Originally Posted by Steve Eddy
How is that?
This will be getting mighty off topic for this thread, but Ok. My equipment is in no way typical for the full range pursuit. The Hammer Dynamics Super 12 is not much like any other full range speaker. It was designed from the start to have a tweeter and no sub. It does not sound much like the other extended range twelve inch speakers - Zu Druids, AEs, the vintage brands. Nor does it remind one of Tannoy concentrics. They all do things I don't personally find pleasing. It is more like a Fostex, which I like a lot, only much larger.
While I have systems up to eighteen inches, I know twelve inch speakers are plenty for a home. So I was intrigued when a friend in Australia told me how great the Hammers sound. I did some research into construction methods for speaker cabinets, because I felt a more rigid enclosure not based on bracing would sound better than the suggested box. I had seen an unusual router based scheme from a man in Scotland and applied it. It worked very well.
Then I tried all the incarnations of the various crossover elements. That was tempting because this speaker has very little of the difficulties full range speakers are known for. It doesn't shout and does not need a complicated enclosure to produce good bass below 50Hz. Its natural rolloff on top blends well with the tweeter's characteristics. Trying it without them, I found the low pass filter in the network was unnecessary, as was the second order high pass. I put a 2mf cap in series with the Audex tweeters as a first order high pass and I found the blending to be natural sounding to me.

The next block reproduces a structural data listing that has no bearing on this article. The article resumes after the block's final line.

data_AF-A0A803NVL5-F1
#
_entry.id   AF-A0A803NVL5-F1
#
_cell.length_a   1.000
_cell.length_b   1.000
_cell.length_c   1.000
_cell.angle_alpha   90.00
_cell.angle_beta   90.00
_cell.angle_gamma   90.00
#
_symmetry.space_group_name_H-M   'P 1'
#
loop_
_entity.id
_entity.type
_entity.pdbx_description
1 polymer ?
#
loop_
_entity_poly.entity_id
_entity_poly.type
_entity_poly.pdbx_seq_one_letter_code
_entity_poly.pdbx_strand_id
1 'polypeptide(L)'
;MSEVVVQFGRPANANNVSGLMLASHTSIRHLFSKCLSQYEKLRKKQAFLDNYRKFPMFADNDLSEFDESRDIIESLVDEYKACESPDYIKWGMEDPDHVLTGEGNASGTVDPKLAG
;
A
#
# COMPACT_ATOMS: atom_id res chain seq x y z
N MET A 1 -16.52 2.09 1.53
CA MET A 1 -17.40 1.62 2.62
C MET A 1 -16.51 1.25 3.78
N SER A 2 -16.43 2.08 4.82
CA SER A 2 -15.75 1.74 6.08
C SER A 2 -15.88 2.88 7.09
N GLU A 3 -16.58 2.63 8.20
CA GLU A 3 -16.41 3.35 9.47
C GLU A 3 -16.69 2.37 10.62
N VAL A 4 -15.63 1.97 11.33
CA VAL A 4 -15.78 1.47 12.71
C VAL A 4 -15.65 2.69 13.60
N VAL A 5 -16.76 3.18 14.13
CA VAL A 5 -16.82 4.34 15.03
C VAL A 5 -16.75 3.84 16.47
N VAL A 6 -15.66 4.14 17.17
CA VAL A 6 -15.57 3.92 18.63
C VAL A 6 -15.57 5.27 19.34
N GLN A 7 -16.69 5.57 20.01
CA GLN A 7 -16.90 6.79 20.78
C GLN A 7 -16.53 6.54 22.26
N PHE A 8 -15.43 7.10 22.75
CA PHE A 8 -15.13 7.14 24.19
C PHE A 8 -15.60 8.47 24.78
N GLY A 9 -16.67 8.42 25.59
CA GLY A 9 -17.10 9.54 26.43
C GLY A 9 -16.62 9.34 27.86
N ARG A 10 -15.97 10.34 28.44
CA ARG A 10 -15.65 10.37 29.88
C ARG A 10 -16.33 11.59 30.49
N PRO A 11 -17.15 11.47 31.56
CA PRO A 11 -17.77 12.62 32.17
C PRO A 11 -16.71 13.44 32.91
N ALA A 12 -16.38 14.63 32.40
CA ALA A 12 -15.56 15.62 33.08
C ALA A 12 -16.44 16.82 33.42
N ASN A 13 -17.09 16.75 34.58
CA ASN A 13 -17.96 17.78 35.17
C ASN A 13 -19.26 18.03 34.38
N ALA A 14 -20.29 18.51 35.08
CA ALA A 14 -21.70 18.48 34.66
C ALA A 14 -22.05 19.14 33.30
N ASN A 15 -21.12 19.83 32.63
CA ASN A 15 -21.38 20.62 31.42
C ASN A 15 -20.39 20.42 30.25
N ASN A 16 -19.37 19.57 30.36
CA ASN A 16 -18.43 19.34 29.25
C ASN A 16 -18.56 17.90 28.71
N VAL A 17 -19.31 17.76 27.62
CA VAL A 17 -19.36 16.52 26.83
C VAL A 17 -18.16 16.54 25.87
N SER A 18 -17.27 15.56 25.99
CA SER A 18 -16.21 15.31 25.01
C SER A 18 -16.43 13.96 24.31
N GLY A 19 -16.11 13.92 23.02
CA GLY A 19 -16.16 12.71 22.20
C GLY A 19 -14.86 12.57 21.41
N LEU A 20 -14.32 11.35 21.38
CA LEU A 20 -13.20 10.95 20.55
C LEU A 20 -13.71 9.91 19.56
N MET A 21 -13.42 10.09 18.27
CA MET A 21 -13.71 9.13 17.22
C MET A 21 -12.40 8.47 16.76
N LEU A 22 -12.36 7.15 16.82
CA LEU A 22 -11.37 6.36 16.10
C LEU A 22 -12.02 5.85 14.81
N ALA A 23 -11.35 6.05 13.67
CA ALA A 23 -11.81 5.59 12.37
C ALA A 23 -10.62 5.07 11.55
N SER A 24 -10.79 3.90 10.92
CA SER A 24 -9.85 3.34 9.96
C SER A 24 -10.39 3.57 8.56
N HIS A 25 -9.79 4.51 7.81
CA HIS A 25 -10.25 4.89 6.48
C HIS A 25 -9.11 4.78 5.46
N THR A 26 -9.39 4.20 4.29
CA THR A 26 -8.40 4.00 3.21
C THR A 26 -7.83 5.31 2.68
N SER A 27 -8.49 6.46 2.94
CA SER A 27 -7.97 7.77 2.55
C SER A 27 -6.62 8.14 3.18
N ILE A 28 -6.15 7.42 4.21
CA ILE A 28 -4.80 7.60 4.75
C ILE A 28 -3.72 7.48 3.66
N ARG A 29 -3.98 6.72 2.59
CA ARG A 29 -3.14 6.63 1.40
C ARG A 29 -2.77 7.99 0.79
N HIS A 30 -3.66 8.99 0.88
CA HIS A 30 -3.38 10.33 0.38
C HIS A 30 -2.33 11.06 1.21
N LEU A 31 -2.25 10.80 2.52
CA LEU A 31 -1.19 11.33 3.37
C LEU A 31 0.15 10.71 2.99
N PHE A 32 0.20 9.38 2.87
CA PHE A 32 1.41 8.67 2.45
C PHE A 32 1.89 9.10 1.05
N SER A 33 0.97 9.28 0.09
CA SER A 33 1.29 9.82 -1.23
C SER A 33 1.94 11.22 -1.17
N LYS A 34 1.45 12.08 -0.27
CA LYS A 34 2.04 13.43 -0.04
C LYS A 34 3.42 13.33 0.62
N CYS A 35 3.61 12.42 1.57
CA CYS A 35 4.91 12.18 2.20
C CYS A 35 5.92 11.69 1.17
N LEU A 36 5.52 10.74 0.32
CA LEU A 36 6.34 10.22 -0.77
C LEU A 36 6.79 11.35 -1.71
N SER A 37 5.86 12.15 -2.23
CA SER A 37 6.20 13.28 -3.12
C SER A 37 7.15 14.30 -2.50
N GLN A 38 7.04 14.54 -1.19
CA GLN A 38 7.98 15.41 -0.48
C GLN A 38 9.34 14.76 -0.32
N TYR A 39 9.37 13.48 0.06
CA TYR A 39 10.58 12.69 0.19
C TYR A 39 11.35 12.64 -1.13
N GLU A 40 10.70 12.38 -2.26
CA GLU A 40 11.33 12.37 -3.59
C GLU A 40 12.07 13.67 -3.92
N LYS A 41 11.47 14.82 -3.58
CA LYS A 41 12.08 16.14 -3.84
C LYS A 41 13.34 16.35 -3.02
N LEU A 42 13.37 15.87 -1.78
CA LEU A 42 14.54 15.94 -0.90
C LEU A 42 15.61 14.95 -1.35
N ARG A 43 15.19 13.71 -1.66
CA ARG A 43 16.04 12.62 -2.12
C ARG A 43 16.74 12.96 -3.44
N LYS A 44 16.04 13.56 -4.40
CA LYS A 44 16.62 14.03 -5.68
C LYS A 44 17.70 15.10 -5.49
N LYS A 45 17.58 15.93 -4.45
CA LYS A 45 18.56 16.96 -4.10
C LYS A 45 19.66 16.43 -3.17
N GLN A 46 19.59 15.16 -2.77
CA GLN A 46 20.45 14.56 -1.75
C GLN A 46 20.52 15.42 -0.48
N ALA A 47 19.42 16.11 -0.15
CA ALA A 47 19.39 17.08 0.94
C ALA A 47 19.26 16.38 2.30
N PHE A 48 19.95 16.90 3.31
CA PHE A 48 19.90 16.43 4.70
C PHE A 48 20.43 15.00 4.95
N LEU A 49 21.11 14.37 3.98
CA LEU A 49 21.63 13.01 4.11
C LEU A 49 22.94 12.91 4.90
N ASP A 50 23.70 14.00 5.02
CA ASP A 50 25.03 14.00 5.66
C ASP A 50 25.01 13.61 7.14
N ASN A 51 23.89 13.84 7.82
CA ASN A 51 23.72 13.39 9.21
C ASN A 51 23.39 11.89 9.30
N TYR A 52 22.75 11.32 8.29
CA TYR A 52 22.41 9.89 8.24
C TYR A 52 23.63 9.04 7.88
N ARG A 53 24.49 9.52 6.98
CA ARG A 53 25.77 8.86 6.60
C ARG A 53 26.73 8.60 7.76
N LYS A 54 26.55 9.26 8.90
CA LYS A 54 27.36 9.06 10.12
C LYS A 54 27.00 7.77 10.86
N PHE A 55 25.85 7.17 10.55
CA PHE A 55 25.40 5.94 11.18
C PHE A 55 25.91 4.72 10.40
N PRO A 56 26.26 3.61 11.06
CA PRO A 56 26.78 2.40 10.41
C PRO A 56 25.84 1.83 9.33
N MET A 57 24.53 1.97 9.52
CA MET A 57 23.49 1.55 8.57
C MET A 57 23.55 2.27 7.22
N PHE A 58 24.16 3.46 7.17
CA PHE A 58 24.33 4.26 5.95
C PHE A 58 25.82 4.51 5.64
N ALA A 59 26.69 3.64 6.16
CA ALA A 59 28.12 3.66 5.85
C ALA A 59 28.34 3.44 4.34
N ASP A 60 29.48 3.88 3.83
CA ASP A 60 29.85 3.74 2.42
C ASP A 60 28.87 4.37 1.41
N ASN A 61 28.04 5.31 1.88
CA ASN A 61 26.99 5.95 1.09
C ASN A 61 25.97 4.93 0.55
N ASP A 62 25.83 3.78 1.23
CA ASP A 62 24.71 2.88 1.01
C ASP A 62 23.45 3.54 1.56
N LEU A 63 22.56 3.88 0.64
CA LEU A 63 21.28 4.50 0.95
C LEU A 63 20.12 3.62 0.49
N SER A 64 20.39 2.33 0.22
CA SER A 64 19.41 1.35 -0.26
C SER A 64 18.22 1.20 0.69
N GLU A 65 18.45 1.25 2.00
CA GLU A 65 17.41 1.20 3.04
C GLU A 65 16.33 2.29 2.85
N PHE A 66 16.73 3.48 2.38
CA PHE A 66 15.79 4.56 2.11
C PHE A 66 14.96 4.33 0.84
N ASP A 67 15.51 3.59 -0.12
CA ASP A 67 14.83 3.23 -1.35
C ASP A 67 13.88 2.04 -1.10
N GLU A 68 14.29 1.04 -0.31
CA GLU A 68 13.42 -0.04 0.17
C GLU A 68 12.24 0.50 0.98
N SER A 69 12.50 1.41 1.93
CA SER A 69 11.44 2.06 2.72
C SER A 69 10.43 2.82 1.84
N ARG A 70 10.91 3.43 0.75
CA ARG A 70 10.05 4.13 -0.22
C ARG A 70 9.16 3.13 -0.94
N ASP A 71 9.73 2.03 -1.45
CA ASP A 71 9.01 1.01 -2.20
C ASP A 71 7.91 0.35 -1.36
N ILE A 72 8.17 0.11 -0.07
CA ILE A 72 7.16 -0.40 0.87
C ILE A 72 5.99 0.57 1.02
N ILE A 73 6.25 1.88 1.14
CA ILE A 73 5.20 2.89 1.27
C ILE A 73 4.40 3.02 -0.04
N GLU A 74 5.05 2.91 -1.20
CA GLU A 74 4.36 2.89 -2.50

The notch filter was dealing with relatively minor anomalies as compared to other better known full rangers. As I said, this is no Lowther. When I read Nelson Pass's articles about tranconductance amplification I suspected that the accurate voice coil movement resulting from the application of the technology would go a long way to iron out the FR of the Super 12. It did. Being now very happy with the way it now sounded without the notch filter, I kept it out of the system. The full range and tweeter leads are together in the output posts of the amp; this couldn't be simpler. The transconductance amp makes the bass realistic and outstanding to below 40Hz. The amp will enhance bass response in any full range driver (my friend's eight inch Fostex Omega cabinets don't need a sub either; it has to be heard to be believed), but it took the Hammers all the way to fully realistic. It smooths out the frequency anomalies to where I don't notice or hear them. Without the networks the 97dB speaker is now a 105 or 106dB speaker. All is good with the world. Everyone loves the system. My friend with the Omegas says, in response to how he likes other speakers, "I don't like crossovers anymore." Sometimes, if you do your homework, slicing the midrange into two or three pieces really isn't the best idea out there.Edited by Clarkmc2 - 9/20/12 at 1:14am